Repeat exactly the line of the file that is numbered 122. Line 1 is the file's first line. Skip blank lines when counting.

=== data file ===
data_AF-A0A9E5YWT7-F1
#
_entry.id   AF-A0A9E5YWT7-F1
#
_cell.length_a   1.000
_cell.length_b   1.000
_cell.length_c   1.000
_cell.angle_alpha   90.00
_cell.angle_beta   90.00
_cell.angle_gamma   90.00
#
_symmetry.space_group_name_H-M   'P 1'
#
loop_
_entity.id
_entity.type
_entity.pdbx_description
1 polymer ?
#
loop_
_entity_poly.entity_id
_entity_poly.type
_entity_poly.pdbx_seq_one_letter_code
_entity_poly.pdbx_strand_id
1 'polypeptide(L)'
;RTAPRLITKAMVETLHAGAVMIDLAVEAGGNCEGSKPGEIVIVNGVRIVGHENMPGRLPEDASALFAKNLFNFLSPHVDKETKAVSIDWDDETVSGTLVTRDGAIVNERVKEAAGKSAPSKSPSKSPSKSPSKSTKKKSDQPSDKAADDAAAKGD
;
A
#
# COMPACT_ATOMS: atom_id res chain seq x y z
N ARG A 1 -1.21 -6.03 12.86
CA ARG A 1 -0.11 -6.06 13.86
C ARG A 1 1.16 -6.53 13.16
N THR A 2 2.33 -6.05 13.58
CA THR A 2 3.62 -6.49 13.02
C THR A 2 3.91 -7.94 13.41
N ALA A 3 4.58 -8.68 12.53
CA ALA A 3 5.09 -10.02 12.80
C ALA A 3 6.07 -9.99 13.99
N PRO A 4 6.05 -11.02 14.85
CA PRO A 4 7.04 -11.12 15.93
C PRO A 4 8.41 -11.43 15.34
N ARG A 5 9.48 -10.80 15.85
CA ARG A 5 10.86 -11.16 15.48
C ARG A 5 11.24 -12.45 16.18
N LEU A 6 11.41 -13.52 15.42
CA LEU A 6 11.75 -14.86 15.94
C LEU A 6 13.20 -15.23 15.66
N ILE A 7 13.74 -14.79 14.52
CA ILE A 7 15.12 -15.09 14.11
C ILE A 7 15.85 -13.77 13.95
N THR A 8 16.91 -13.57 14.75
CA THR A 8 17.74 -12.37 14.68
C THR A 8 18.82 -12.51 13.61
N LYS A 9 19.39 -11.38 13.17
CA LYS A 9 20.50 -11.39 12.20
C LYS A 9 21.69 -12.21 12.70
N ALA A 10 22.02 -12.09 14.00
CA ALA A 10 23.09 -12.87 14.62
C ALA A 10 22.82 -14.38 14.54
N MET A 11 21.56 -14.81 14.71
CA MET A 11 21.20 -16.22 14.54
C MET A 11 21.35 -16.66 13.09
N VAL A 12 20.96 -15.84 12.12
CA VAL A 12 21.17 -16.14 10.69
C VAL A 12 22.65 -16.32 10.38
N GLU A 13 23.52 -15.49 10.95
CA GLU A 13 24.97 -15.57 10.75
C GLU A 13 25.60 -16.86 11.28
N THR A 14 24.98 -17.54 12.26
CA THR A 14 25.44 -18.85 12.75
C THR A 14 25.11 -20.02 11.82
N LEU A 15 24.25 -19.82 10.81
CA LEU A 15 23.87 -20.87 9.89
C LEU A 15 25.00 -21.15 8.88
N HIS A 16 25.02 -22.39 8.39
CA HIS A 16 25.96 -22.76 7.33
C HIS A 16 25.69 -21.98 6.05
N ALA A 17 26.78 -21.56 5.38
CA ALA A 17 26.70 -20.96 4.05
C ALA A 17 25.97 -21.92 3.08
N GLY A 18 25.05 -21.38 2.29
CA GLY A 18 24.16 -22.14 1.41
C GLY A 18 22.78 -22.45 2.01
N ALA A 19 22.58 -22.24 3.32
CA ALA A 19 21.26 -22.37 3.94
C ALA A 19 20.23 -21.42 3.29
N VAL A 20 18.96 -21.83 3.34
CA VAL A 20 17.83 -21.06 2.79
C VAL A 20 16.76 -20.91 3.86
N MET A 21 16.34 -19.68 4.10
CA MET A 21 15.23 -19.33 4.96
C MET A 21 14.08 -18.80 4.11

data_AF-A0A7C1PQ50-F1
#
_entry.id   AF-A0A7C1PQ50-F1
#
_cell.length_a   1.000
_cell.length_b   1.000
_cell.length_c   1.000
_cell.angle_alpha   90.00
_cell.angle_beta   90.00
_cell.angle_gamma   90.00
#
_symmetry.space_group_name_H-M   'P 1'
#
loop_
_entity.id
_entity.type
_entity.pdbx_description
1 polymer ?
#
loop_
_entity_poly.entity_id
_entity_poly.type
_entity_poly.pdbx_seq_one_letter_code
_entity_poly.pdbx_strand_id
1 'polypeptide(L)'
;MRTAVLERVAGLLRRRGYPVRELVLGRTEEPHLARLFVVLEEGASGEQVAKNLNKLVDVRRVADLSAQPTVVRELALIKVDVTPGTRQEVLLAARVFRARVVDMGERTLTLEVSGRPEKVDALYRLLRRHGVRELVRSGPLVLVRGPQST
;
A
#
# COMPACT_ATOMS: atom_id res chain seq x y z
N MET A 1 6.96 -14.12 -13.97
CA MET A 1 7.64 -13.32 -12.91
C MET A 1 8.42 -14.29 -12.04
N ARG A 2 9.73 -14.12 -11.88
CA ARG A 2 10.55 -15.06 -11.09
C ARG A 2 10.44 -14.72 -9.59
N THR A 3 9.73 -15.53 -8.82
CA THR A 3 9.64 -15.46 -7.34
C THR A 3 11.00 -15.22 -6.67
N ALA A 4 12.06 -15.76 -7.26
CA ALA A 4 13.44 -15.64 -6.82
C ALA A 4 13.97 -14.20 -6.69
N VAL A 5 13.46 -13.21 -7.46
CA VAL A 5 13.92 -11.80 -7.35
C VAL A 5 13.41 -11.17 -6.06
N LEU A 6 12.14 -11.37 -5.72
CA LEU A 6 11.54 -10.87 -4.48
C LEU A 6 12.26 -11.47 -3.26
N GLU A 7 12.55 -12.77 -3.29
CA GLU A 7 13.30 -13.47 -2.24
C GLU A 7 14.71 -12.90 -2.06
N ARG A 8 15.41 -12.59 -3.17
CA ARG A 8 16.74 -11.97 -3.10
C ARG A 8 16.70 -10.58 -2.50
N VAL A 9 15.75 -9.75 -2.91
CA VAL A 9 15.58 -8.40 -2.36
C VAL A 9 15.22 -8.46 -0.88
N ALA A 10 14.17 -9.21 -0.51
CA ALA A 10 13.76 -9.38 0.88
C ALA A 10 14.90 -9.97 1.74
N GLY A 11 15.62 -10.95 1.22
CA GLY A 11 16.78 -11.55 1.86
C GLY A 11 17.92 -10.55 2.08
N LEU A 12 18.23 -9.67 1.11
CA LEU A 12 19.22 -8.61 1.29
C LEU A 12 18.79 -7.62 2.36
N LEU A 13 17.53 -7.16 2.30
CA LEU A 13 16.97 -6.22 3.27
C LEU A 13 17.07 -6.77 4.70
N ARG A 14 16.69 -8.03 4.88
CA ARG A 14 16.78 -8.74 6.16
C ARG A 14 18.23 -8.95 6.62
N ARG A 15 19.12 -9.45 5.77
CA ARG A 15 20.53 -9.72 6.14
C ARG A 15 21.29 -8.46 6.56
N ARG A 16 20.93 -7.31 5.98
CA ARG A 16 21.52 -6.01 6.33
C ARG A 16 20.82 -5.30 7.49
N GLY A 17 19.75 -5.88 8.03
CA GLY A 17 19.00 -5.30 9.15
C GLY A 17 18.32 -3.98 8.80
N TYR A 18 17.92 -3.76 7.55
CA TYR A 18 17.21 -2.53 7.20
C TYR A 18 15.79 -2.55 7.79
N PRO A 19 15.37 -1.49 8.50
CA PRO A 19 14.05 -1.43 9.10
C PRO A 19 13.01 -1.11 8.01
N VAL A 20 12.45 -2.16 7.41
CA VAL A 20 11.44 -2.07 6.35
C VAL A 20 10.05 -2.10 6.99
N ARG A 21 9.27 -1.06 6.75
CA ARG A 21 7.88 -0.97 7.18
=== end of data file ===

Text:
#